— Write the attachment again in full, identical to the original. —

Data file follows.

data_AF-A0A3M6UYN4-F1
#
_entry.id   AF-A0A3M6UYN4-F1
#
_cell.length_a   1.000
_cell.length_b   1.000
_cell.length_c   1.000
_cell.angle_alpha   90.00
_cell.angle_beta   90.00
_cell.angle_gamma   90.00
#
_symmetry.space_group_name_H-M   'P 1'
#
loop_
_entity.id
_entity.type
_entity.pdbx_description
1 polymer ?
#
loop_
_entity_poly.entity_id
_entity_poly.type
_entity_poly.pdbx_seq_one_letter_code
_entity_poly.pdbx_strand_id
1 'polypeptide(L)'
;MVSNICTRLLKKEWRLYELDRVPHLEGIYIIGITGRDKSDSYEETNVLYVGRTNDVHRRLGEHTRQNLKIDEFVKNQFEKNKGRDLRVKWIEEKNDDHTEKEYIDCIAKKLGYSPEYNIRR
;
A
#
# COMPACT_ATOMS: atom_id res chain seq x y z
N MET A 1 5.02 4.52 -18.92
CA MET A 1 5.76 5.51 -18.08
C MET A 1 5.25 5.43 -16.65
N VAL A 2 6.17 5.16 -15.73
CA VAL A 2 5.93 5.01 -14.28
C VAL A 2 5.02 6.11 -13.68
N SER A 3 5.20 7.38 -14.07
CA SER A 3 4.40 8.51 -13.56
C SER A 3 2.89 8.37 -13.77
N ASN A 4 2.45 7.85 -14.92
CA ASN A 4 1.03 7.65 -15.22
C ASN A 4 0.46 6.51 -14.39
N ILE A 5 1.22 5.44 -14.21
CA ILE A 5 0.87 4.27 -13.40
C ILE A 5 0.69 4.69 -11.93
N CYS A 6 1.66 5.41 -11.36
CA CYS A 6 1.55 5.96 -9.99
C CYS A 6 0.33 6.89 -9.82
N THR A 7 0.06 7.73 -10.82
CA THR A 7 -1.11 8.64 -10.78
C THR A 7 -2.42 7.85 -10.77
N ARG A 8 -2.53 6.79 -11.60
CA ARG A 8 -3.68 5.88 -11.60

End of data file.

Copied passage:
data_AF-A0A3M6UYN4-F1
#
_entry.id   AF-A0A3M6UYN4-F1
#
_cell.length_a   1.000
_cell.length_b   1.000
_cell.length_c   1.000
_cell.angle_alpha   90.00
_cell.angle_beta   90.00
_cell.angle_gamma   90.00
#
_symmetry.space_group_name_H-M   'P 1'
#
loop_
_entity.id
_entity.type
_entity.pdbx_description
1 polymer ?
#
loop_
_entity_poly.entity_id
_entity_poly.type
_entity_poly.pdbx_seq_one_letter_code
_entity_poly.pdbx_strand_id
1 'polypeptide(L)'
;MVSNICTRLLKKEWRLYELDRVPHLEGIYIIGITGRDKSDSYEETNVLYVGRTNDVHRRLGEHTRQNLKIDEFVKNQFEKNKGRDLRVKWIEEKNDDHTEKEYIDCIAKKLGYSPEYNIRR
;
A
#
# COMPACT_ATOMS: atom_id res chain seq x y z
N MET A 1 5.02 4.52 -18.92
CA MET A 1 5.76 5.51 -18.08
C MET A 1 5.25 5.43 -16.65
N VAL A 2 6.17 5.16 -15.73
CA VAL A 2 5.93 5.01 -14.28
C VAL A 2 5.02 6.11 -13.68
N SER A 3 5.20 7.38 -14.07
CA SER A 3 4.40 8.51 -13.56
C SER A 3 2.89 8.37 -13.77
N ASN A 4 2.45 7.85 -14.92
CA ASN A 4 1.03 7.65 -15.22
C ASN A 4 0.46 6.51 -14.39
N ILE A 5 1.22 5.44 -14.21
CA ILE A 5 0.87 4.27 -13.40
C ILE A 5 0.69 4.69 -11.93
N CYS A 6 1.66 5.41 -11.36
CA CYS A 6 1.55 5.96 -9.99
C CYS A 6 0.33 6.89 -9.82
N THR A 7 0.06 7.73 -10.82
CA THR A 7 -1.11 8.64 -10.78
C THR A 7 -2.42 7.85 -10.77
N ARG A 8 -2.53 6.79 -11.60
CA ARG A 8 -3.68 5.88 -11.60